While it has certainly felt the same pressures as its competition, Embraer expects a change in the bizjet market to come soon. Though the manufacturer saw its first-half business jet deliveries slashed nearly in half from 60 in 2010 to just 31 this year, it still expects to hand over 118 aircraft (100 Phenom 100/300s and 18 Legacy 600/650s and Lineage 1000s) by the end of the year, less than the 145 it finished with in 2010, but nearly the same total as 2009.
“We believe 2011 was the trough, and we really believe and really hope that we’ve reached the bottom and that we’ll start seeing a recovery for the balance of the year and, of course, into 2012,” said Ernest Edwards, Embraer’s recently promoted president of the executive jets division.
“The good thing from our perspective is that it seems like the U.S. economy has recovered,” he told a group of journalists at the end of August at the Brazilian airframer’s media tour. “If you look at the numbers here in terms of corporate profits, we’re doing better than we were just before the crash in 2007-2008.”
Analysis of indicators such as U.S. corporate profits, which have surpassed pre-recession peaks, and the global stock markets, which had largely rebounded from the economic malaise of 2009 (at least in early September), has led to an increase in flight hours both in the U.S. and Europe.
“The other thing that we track that is really important is how many business jets are for sale on the pre-owned market, and this is good news for us as well,” said Edwards. Recent trends have shown a slow but steady decline in the number of available aircraft delivery positions and used (less than 10 years old) inventory since the peak in the first quarter of 2009.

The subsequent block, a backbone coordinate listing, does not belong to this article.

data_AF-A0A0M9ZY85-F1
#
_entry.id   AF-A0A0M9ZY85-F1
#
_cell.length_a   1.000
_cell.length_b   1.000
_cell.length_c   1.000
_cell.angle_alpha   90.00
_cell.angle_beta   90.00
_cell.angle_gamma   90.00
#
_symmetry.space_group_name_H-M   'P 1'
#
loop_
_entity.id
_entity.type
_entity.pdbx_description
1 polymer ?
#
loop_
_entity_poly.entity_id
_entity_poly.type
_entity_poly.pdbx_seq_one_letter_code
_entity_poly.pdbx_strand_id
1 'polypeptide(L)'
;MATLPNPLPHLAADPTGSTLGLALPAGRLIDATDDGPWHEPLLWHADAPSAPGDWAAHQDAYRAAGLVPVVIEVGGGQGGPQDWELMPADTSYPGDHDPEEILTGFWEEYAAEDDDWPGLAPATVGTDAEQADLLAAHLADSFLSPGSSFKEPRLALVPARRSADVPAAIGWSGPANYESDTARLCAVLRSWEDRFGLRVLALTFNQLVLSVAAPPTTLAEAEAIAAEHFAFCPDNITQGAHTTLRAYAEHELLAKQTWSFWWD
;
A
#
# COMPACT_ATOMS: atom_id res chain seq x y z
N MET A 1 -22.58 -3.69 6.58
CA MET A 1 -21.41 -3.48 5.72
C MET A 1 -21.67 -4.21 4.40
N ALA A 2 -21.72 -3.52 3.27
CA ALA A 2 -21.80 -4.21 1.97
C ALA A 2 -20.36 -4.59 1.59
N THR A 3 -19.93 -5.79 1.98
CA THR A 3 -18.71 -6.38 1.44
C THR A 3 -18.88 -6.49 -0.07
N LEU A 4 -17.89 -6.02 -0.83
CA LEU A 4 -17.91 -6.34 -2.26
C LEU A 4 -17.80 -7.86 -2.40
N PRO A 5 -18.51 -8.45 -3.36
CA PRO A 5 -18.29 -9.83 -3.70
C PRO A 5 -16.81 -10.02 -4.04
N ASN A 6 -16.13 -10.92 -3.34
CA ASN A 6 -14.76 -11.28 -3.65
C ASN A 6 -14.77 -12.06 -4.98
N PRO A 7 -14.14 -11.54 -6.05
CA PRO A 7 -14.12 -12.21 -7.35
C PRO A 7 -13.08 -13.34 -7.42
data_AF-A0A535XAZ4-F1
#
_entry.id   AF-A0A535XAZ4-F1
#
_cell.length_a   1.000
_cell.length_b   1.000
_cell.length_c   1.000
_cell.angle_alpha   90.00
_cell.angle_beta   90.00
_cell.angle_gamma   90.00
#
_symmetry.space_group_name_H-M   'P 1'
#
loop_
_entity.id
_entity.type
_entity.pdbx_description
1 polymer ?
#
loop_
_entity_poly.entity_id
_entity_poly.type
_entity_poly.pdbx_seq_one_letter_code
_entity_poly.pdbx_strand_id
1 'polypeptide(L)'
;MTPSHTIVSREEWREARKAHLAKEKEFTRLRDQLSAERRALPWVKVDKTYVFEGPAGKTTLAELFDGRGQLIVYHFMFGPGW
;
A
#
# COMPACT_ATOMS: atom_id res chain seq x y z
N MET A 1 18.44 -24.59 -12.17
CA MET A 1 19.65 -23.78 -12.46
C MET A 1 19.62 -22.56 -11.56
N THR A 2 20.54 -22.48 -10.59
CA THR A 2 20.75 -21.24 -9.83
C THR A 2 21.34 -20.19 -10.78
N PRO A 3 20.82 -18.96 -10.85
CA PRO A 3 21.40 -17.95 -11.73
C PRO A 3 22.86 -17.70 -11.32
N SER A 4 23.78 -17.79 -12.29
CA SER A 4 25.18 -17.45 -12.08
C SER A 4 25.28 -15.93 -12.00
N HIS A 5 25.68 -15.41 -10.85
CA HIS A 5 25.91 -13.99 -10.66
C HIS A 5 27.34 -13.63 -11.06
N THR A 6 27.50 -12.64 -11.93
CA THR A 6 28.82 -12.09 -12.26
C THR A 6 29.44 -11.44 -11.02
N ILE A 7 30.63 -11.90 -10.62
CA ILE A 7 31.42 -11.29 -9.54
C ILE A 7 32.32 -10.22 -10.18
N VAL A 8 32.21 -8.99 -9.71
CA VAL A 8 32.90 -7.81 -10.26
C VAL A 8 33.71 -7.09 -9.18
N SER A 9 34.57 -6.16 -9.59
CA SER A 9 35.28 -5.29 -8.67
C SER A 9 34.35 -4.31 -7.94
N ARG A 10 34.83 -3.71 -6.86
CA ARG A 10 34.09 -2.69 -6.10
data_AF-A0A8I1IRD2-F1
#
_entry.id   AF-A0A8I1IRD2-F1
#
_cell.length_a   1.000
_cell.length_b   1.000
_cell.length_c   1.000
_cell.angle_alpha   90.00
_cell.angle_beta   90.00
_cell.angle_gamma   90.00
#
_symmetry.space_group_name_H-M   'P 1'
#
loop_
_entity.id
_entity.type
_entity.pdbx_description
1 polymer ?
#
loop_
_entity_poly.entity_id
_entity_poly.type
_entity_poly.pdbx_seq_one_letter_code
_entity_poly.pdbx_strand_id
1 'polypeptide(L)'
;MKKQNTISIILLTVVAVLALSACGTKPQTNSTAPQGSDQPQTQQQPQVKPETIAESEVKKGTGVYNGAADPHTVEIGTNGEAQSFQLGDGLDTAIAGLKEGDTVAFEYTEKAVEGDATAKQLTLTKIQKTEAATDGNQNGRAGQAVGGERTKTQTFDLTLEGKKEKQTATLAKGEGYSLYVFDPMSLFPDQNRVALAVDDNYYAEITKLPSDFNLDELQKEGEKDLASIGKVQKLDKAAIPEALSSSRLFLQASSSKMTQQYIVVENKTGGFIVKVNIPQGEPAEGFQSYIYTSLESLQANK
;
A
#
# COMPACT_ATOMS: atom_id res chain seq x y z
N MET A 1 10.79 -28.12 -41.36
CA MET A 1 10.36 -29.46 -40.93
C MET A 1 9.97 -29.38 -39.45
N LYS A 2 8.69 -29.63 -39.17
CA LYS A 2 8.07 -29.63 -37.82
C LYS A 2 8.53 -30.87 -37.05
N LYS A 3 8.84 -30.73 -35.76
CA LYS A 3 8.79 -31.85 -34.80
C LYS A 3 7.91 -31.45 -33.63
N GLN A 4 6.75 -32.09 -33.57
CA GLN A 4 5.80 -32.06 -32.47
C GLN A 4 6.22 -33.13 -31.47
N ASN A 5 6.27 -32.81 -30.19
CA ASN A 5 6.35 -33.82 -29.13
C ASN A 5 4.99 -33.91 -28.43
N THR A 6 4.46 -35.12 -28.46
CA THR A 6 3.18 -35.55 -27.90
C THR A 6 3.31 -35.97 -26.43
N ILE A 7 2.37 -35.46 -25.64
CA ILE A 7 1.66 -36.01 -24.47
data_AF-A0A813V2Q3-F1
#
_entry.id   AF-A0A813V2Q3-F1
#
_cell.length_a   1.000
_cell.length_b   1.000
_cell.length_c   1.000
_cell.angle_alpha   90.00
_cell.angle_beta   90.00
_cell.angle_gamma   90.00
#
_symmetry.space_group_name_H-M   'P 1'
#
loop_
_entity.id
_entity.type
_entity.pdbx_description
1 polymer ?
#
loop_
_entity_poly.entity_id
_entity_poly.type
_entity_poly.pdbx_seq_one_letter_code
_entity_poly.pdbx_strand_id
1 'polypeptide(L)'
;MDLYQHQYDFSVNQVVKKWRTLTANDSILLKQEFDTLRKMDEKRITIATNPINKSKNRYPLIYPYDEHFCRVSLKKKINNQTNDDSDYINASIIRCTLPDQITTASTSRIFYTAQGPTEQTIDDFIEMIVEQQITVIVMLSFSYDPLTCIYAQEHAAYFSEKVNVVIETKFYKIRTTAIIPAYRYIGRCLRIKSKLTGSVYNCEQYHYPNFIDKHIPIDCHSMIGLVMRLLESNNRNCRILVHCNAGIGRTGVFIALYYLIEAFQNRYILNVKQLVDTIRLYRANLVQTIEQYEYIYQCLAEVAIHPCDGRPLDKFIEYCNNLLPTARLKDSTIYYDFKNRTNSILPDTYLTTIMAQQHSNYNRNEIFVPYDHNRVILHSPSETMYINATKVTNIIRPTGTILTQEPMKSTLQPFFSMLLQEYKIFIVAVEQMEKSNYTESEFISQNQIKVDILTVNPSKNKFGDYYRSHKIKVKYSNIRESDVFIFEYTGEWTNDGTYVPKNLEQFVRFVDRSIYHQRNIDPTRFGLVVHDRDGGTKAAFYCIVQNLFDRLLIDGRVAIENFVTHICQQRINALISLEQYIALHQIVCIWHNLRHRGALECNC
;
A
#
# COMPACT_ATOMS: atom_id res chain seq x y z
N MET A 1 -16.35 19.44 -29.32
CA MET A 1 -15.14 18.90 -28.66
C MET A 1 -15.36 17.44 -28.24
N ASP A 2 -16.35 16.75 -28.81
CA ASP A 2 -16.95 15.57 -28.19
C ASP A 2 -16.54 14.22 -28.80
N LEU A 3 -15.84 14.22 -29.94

Ten-year Forecast Revised
Accordingly, Embraer’s market analysts have revised their 10-year forecast, which now calls for deliveries of 11,275 new business jets over the next decade with a value of $260 billion, a $50-billion increase over last year’s forecast. Based on its prediction, Embraer sees a new delivery peak set somewhere in the 2018-2019 time frame as the market continues to climb.
As to the geographic breakdown of those aircraft, the manufacturer sees 47 percent or 5,265 aircraft worth $109 billion going to North America; 3,415 jets (30 percent) valued at $88 billion destined for Europe, the Middle East and Africa; 1, 690 aircraft (15 percent) worth $48 billion to Asia (excluding China, which will account for 635 business jets on its own, calculated at $21 billion); 905 units to Latin America (which, in Embraer’s accounting includes Mexico and all of Central and South America, as well as its home country, predicted to receive 550 aircraft worth $8 billion).
Broken down by aircraft type, the forecast calls for a rebound in the light and entry-level segments, with the two accounting for 35 percent of the deliveries over the next 10 years. The large, ultra-large and ultra-long-range categories should total 28 percent. In dollar terms, the large-cabin aircraft and above will garner 60 percent of the expected $260 billion.